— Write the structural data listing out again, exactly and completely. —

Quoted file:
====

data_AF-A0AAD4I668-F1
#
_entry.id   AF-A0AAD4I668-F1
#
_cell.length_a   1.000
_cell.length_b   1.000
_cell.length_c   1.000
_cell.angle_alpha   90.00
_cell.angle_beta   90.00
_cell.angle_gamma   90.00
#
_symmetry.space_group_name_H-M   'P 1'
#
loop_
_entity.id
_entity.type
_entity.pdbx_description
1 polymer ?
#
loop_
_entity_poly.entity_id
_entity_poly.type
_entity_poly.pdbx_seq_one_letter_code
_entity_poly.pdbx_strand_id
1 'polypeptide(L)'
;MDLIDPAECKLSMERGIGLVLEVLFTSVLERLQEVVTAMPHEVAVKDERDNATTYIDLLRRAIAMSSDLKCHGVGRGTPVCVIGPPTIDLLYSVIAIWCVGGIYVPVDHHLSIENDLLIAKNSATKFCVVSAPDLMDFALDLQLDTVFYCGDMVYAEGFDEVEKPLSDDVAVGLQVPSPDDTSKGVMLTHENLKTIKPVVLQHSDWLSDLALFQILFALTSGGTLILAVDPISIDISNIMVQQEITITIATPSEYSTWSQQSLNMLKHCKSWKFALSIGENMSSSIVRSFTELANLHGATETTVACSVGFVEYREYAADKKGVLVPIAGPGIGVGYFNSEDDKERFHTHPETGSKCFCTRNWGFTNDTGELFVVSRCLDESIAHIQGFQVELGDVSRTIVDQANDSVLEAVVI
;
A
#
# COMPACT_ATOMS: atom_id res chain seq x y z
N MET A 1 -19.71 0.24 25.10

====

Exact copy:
data_AF-A0AAD4I668-F1
#
_entry.id   AF-A0AAD4I668-F1
#
_cell.length_a   1.000
_cell.length_b   1.000
_cell.length_c   1.000
_cell.angle_alpha   90.00
_cell.angle_beta   90.00
_cell.angle_gamma   90.00
#
_symmetry.space_group_name_H-M   'P 1'
#
loop_
_entity.id
_entity.type
_entity.pdbx_description
1 polymer ?
#
loop_
_entity_poly.entity_id
_entity_poly.type
_entity_poly.pdbx_seq_one_letter_code
_entity_poly.pdbx_strand_id
1 'polypeptide(L)'
;MDLIDPAECKLSMERGIGLVLEVLFTSVLERLQEVVTAMPHEVAVKDERDNATTYIDLLRRAIAMSSDLKCHGVGRGTPVCVIGPPTIDLLYSVIAIWCVGGIYVPVDHHLSIENDLLIAKNSATKFCVVSAPDLMDFALDLQLDTVFYCGDMVYAEGFDEVEKPLSDDVAVGLQVPSPDDTSKGVMLTHENLKTIKPVVLQHSDWLSDLALFQILFALTSGGTLILAVDPISIDISNIMVQQEITITIATPSEYSTWSQQSLNMLKHCKSWKFALSIGENMSSSIVRSFTELANLHGATETTVACSVGFVEYREYAADKKGVLVPIAGPGIGVGYFNSEDDKERFHTHPETGSKCFCTRNWGFTNDTGELFVVSRCLDESIAHIQGFQVELGDVSRTIVDQANDSVLEAVVI
;
A
#
# COMPACT_ATOMS: atom_id res chain seq x y z
N MET A 1 -19.71 0.24 25.10